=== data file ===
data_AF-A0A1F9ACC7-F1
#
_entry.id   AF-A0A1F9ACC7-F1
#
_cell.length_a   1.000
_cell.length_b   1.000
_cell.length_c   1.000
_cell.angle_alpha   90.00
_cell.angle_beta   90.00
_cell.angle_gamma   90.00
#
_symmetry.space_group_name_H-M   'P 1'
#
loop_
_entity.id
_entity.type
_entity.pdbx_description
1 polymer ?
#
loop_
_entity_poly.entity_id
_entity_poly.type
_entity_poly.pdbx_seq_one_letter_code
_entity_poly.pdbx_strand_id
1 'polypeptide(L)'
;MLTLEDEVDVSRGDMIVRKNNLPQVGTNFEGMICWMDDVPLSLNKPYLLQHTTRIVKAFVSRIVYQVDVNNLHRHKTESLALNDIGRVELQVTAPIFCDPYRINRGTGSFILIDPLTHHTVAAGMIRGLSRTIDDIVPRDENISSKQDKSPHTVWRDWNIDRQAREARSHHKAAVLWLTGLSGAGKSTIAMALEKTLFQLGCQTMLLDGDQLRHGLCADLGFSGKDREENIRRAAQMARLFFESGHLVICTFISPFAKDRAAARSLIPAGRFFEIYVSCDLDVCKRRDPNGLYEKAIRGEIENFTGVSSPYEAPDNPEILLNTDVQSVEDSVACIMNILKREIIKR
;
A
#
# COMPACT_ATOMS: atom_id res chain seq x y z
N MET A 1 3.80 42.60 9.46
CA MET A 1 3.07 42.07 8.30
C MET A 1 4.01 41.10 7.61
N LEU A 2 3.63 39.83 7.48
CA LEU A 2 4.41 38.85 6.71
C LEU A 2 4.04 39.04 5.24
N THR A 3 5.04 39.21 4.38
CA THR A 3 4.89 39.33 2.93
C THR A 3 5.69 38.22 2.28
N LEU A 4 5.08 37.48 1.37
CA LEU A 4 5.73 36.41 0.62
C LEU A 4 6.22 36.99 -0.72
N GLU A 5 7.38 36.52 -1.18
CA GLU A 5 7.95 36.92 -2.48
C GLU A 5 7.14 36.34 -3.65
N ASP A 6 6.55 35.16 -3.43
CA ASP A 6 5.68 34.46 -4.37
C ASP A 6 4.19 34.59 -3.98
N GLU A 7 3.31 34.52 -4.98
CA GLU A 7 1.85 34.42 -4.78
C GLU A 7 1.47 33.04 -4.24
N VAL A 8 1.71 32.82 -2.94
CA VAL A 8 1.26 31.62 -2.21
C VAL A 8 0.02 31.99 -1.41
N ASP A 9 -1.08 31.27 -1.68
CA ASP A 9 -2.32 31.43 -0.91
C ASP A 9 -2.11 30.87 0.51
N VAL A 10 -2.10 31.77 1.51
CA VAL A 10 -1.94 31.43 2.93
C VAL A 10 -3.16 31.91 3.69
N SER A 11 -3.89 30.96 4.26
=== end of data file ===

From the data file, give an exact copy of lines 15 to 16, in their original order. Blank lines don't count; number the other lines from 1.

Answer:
_entity.id
_entity.type